In the event that you need to take your child out of the country, you must secure a DSWD travel clearance for minors. You may apply for it at any Social Welfare Development Center (SWDC) or any accredited agency.
Before a minor can travel outside the country, he or she must first obtain a travel clearance from the Department of Social Welfare and Development (DSWD). The purpose of the clearance is to ensure that the child is not being trafficked or forced into labor.
In order to obtain a travel clearance, the child’s parents or guardians must submit an application form to the DSWD. The form must be accompanied by a birth certificate, passport, and other supporting documents. Once the application is approved, the DSWD will issue a travel clearance certificate. The certificate is valid for one year and can be used for multiple trips.
But in order to proceed, you need to understand what a DSWD travel clearance for minors is and what it entails. You can learn more about it by reading the following sections.
What is a DSWD Travel Clearance for Minors?
The DSWD travel clearance for minors is an official document that allows you to take your child out of the country. It can also be used to identify you when traveling with your child. This document will contain important information about your child, such as his/her name, birthdate, and nationality.
This document confirms a child’s identity up to 18 years old and his/her relationship with you—the parent or guardian. It also confirms that you have met all the requirements in order to take your child out of the country.
- Authorizes a child to leave the country for a vacation or other purpose either with or without their parents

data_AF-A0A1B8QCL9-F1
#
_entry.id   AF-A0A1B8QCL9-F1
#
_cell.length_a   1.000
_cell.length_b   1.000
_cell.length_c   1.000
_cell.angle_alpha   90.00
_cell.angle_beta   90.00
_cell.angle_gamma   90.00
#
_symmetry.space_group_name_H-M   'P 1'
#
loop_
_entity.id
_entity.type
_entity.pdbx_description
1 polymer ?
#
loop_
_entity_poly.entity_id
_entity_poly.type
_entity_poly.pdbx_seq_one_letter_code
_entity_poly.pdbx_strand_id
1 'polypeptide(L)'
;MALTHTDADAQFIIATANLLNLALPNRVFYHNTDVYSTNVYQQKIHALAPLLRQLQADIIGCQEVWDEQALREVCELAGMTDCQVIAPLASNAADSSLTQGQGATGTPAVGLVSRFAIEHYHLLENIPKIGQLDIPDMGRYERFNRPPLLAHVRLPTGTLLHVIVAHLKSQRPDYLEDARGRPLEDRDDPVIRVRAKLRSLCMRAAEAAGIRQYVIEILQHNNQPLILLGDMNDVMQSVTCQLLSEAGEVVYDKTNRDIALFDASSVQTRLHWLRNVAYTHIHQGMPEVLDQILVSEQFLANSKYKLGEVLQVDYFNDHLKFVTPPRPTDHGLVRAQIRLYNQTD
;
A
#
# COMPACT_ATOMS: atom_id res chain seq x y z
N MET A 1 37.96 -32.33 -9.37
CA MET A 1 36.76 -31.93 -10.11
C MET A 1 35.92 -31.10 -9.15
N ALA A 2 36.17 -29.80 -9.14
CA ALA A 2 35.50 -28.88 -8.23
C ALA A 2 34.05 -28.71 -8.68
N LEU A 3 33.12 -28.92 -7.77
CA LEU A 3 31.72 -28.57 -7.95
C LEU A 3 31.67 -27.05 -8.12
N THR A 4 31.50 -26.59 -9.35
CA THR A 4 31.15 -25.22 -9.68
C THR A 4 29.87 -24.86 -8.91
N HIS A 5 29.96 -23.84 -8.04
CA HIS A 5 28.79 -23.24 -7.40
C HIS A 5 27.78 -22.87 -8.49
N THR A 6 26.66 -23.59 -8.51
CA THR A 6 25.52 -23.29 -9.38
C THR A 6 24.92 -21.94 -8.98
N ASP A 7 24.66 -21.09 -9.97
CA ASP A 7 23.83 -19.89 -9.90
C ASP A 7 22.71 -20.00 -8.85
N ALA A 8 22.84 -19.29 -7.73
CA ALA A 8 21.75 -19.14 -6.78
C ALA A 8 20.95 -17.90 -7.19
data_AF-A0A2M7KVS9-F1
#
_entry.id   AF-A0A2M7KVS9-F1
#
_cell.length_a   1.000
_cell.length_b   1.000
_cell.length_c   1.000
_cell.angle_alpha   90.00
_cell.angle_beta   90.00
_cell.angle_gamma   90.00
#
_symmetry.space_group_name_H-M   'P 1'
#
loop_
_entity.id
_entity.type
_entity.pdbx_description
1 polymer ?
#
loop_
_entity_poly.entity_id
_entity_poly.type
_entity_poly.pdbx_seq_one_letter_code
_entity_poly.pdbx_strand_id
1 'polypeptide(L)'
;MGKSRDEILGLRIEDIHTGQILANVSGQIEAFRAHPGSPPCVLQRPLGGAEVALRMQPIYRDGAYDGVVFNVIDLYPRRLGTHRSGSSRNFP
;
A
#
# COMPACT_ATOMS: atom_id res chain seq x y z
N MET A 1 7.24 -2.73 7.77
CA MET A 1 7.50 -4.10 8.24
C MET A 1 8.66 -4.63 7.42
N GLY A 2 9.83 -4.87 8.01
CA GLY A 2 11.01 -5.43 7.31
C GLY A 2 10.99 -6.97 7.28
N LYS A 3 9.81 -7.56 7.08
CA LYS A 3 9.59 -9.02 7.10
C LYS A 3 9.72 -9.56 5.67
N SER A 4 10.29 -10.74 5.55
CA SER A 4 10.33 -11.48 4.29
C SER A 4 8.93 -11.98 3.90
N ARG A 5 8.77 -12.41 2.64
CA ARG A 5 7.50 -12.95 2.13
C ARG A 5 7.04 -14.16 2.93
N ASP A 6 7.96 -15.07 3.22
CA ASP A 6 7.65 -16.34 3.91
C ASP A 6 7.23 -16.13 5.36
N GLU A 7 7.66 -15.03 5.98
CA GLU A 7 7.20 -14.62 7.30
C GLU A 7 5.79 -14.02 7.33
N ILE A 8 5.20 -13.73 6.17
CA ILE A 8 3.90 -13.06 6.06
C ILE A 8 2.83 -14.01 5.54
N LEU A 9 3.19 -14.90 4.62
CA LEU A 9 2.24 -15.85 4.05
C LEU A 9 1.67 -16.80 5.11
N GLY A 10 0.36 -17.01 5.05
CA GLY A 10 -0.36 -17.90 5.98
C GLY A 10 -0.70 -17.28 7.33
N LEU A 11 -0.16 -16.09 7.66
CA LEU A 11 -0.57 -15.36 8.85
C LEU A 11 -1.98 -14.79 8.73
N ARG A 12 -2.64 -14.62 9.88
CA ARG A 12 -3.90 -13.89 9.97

- Serves as proof that the child can be able to travel abroad
- Helps protect him/her from any form of abuse, trafficking and other forms of abuse that children might encounter while traveling.
These three points are very important to parents who want their children who are minors to travel abroad. The DSWD Travel Clearance for Minors is a very useful document in many situations and can help with the protection and well-being of your child.
Who Needs a Travel Clearance?
The DSWD travel clearance is required by both Filipino and foreign nationals when traveling with a child. The DSWD travel clearance for minors can be used as an alternative to the passport.
This document is issued to a:
- A minor traveling alone to a foreign country ;
- A minor traveling to a foreign country accompanied by a person other than his or her parents.
You don’t need to get this document if:
- You are a minor other than those specified above, for example:
- A minor traveling to a foreign country with either parent or with his or her solo parent or legal guardian;
- A minor traveling abroad whose parents are in the Foreign Service or living abroad or are immigrants, provided he/she is holding a valid pass such as a dependents visa/pass/identification card or permanent resident visa/pass/identification card which serves as proof that he/she is living with parents abroad. Their travel does not constitute child trafficking.
What are the Requirements to Get a DSWD Travel Clearance?
A. For a minor traveling alone to a foreign country for the first time
- Duly accomplished DSWD Travel Clearance application form – check here
- A photocopy of the birth certificate of the minor
- Written consent of both parents or the solo parent or the legal guardian permitting the minor to travel alone to a foreign country
- As appropriate, a photocopy of the marriage certificate of the minor’s parents or a photocopy of the certificate of legal guardianship of the minor or in the case of solo parents, a photocopy of the solo parent identification card from the Municipal Social Welfare and Development Office or a photocopy of a certification from the Local Social Welfare and Development Office of being a solo parent or Tallaq or Faskh certification from the Shariah court or any Muslim Barangay or religious leader or in the case of an illegitimate minor, a certificate of no marriage (CENOMAR)* from the National Statistics Office (NSO) or in the case of a deceased parent, a photocopy of the death certificate
*Issuance of CENOMAR will take 1-5 days for cases of uncommon surnames and 1-15 days for common surnames.
* Issuing office of CENOMAR is the National Statistics Office not the Local Civil Registrar.